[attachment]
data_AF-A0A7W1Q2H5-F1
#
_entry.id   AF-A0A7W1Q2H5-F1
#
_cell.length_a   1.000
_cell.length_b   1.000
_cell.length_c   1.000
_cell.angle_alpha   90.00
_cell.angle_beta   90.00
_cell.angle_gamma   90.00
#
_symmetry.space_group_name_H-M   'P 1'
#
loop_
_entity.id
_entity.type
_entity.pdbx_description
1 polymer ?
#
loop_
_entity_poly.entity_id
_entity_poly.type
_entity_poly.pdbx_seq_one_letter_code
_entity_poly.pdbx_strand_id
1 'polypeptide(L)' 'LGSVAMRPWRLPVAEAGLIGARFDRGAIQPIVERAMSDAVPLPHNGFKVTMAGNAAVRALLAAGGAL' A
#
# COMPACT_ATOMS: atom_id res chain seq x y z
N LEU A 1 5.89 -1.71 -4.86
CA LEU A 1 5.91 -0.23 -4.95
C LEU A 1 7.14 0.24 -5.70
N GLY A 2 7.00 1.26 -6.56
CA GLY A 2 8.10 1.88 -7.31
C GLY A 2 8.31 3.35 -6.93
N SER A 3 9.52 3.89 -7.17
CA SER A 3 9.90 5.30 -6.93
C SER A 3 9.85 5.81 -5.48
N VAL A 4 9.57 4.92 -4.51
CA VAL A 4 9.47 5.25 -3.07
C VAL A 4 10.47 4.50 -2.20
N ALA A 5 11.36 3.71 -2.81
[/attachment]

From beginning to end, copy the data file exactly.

data_AF-A0A7W1Q2H5-F1
#
_entry.id   AF-A0A7W1Q2H5-F1
#
_cell.length_a   1.000
_cell.length_b   1.000
_cell.length_c   1.000
_cell.angle_alpha   90.00
_cell.angle_beta   90.00
_cell.angle_gamma   90.00
#
_symmetry.space_group_name_H-M   'P 1'
#
loop_
_entity.id
_entity.type
_entity.pdbx_description
1 polymer ?
#
loop_
_entity_poly.entity_id
_entity_poly.type
_entity_poly.pdbx_seq_one_letter_code
_entity_poly.pdbx_strand_id
1 'polypeptide(L)' 'LGSVAMRPWRLPVAEAGLIGARFDRGAIQPIVERAMSDAVPLPHNGFKVTMAGNAAVRALLAAGGAL' A
#
# COMPACT_ATOMS: atom_id res chain seq x y z
N LEU A 1 5.89 -1.71 -4.86
CA LEU A 1 5.91 -0.23 -4.95
C LEU A 1 7.14 0.24 -5.70
N GLY A 2 7.00 1.26 -6.56
CA GLY A 2 8.10 1.88 -7.31
C GLY A 2 8.31 3.35 -6.93
N SER A 3 9.52 3.89 -7.17
CA SER A 3 9.90 5.30 -6.93
C SER A 3 9.85 5.81 -5.48
N VAL A 4 9.57 4.92 -4.51
CA VAL A 4 9.47 5.25 -3.07
C VAL A 4 10.47 4.50 -2.20
N ALA A 5 11.36 3.71 -2.81